Letters

Letters To The Editor, August 18, 2015

Internal politics Amenatave Yaconisau, Delainavesi Your report by Jyoti Pratibha  titled ‘FijiFirst  above internal politics’(FS 17/8/15) is worrying. There is nothing new about secessionist  rebels in Fiji and indeed the
18 Aug 2015 12:23
Letters To The Editor, August 18, 2015

Internal politics

Amenatave Yaconisau, Delainavesi

Your report by Jyoti Pratibha  titled ‘FijiFirst  above internal politics’(FS 17/8/15) is worrying.

There is nothing new about secessionist  rebels in Fiji and indeed the Pacific Islands.

It has happened a number of times  in the Western siside of Fiji where they had demanded the right of self-government.

It also appeared in the Gilbert and Ellice Islands years ago where Tuvalu (Ellice) became a separate nation and Kiribati (Gilbert) the other.

It also happened in the Solomons Islands and Vanuatu.

Mostly, it appeared after an overwhelming  sense of victimisation  and a loss of cultural distinctiveness threatened by a dominant one.

But they have a hard time of making their case.

Firstly, government can easily repress any revolt (Refer to your  FS 15/8/15) titled ‘We will crush any revolt’ in accordance with section (2)(6) of the constitution and crimes decree.

Secondly, their action is normally interpreted as a ruthless pursuit of their own aims in view of the progress made by government.

Also, they  are always suspected  of trying to subvert the process of representative government.

The government is also expected by people who voted them in as preventing such interest from breaking the law especially if seditious and urging political violance .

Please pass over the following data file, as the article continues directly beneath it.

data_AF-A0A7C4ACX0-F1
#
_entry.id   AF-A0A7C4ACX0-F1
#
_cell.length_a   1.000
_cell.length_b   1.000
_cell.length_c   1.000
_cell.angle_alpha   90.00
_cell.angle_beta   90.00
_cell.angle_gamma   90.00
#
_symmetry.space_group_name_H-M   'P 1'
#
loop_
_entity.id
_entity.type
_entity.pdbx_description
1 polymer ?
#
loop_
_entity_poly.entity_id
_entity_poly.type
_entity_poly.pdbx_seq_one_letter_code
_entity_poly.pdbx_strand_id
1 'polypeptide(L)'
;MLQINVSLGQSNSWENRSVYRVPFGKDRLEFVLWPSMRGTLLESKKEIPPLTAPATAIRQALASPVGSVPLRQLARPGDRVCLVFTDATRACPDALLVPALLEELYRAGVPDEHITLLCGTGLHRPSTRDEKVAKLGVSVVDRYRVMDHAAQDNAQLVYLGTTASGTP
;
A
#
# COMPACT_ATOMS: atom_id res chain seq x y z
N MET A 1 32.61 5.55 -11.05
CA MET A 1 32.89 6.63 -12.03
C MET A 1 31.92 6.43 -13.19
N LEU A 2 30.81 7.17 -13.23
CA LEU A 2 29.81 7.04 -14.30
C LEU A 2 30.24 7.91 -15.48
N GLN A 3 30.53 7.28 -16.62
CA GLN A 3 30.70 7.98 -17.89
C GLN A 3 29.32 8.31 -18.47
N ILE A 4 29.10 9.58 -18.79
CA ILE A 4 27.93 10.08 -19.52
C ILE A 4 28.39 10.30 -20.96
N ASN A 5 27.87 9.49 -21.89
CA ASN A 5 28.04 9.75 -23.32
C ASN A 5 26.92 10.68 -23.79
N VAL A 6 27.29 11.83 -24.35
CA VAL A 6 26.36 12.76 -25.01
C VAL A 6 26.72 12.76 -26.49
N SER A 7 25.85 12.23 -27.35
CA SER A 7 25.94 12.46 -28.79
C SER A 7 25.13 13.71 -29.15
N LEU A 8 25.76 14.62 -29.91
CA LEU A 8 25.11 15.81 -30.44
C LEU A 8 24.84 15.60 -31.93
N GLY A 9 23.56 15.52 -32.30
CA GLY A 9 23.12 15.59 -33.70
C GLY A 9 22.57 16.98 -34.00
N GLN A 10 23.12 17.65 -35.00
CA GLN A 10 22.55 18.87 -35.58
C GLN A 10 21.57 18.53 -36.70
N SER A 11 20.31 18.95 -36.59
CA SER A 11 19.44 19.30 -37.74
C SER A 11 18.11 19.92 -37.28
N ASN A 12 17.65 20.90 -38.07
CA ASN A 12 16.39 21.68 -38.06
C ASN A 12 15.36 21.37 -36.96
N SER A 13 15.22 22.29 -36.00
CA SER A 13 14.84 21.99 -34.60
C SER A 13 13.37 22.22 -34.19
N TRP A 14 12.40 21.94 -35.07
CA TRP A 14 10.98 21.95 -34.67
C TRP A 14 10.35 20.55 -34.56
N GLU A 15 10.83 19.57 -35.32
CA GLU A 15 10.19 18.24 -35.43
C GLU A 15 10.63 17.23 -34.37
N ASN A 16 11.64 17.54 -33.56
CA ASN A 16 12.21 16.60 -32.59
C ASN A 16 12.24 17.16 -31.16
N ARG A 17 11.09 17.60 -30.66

To that we await the courts decision.

Government can prosecute them in the court of law  or sit down and talk about their concerns.

Managing dissent  is important in our peace-loving nation.

 

Divine tremors

Simon Hazelman, Savusavu

The Superintendent of the Nakasaleka Methodist circuit, Reverend Samuela Naveiyalayalati, believed the tremors recorded in May were a divine sign to unite and work with fellow Christians in the vanua of Kadavu (FS:17/08).

I would like to suggest that ministers of the Methodist Church go live in countries where earth tremors are a weekly occurrence, for at least they will get shaken regularly in order to do God’s work!

What a joke that it had to take an earthquake to instigate the Methodist Church to work with other fellow Christians!

Let’s hope we continue to get more tremors!

Amen to tectonic plates!

 

Defensive driving

Dhirendran Prasad, Lautoka

I have just come to learn that all PSV drivers are required to attain 90 per cent in the compulsory defensive driving course in order for them to renew their PSV driving license.

In my understanding, most of the PSV drivers in Fiji are failures of the formal education system and as such this is the only means for them to sustain their living with their family through legal means. This keeps them out of the criminal elements of earning a living.

If they are really smart enough to get 90 per cent plus marks in the defensive driving course why would they be drivers any way?

Had they been so smart they would not even have opted to be drivers full time.

They would have been administrators or even driving instructors and experts in their own field of expertise.

I know of one driver who has been driving for more than two decades.

He has been driving in the Suva area and going through the coups of Fiji and still driving without any accidents but he needs to attain 90 per cent which he not capable of.

He is not that qualified to sit any exam leave aside the test mentioned in this letter.

Something is wrong somewhere. It seems that our leaders have lost the focus and as I have always said we have lots of graduates but very few logical thinkers with elements of humanism in them.

Gone are the days when we used to have inspirational leaders whom we could call models of our society.

 

Hibiscus weather

Floyd Robinson, Nasinu

Why is it that rain falls during the Hibiscus Festival?

On Saturday rain began to fall bit by bit before gradually pouring. Is it because of climate change?

Is it always coincidental?  Is it a blessing from above?  Is it just the timing of the year?

Whatever the reason, weather during the Hibiscus almost never fails.

 

 

 

 




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